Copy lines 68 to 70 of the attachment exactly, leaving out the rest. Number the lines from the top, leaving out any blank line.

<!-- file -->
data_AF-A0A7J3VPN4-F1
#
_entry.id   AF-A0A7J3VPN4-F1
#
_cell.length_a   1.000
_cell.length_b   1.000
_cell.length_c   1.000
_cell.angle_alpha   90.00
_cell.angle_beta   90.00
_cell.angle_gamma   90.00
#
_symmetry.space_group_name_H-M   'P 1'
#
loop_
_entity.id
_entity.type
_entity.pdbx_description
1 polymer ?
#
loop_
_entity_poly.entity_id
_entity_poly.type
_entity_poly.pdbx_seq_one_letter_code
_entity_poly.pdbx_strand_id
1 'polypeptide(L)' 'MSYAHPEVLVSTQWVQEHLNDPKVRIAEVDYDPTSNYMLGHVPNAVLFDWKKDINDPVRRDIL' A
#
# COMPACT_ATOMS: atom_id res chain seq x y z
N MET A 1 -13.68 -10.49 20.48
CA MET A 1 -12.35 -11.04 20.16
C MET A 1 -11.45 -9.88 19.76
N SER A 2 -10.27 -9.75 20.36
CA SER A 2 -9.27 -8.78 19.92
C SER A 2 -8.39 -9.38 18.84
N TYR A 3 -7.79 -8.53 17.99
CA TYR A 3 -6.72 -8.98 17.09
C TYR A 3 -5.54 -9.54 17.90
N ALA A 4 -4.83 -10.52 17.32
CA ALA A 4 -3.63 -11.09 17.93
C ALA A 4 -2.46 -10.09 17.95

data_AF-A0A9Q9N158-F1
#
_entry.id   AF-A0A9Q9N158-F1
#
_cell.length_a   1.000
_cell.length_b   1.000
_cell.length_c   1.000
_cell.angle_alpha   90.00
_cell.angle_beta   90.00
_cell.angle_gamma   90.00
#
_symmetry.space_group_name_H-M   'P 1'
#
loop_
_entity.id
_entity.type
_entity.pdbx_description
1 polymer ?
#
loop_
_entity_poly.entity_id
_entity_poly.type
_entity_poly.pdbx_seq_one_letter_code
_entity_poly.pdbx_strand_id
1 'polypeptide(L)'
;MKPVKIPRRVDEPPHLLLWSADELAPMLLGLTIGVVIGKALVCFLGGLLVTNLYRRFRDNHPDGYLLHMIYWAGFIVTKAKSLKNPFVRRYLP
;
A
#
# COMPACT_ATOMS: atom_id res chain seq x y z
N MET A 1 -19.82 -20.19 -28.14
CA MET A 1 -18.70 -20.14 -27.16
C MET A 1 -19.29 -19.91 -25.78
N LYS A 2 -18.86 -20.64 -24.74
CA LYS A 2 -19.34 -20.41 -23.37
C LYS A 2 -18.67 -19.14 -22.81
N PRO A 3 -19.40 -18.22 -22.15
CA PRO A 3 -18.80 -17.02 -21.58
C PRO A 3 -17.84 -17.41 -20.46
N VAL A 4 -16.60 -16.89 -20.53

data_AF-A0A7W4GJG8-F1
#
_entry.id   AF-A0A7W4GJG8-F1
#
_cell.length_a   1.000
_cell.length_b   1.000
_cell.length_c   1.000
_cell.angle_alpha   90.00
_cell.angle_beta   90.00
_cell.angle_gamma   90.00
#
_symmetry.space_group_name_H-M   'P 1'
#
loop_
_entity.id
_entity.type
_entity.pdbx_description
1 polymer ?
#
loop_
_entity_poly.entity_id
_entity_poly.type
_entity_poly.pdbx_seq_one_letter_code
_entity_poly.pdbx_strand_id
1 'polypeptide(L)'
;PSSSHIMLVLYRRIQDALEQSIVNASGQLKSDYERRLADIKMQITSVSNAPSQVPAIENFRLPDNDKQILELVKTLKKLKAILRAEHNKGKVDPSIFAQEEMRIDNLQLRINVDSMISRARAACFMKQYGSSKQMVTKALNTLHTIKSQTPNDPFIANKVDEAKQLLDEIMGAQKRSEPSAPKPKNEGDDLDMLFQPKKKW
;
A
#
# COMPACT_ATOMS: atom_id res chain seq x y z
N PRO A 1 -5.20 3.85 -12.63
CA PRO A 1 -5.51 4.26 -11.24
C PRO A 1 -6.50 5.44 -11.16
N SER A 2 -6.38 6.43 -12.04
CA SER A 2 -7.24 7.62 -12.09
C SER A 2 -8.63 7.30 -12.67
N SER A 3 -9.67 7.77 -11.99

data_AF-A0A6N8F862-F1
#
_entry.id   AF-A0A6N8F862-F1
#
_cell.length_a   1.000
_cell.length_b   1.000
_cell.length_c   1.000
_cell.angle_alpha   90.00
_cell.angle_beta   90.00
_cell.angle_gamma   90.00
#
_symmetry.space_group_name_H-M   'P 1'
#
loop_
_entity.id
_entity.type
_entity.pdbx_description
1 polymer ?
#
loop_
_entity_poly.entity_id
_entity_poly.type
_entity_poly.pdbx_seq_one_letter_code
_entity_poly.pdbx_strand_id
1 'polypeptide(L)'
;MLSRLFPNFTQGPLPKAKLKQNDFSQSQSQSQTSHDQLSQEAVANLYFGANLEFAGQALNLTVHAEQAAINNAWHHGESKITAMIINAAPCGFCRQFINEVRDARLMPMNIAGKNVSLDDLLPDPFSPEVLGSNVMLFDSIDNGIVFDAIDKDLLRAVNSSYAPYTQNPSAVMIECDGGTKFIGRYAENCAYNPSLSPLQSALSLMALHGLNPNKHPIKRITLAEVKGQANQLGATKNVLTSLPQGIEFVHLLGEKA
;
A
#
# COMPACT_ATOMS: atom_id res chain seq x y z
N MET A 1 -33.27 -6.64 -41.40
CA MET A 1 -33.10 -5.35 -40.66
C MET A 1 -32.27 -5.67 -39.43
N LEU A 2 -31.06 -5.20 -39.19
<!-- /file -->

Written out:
#
# COMPACT_ATOMS: atom_id res chain seq x y z
N MET A 1 -19.82 -20.19 -28.14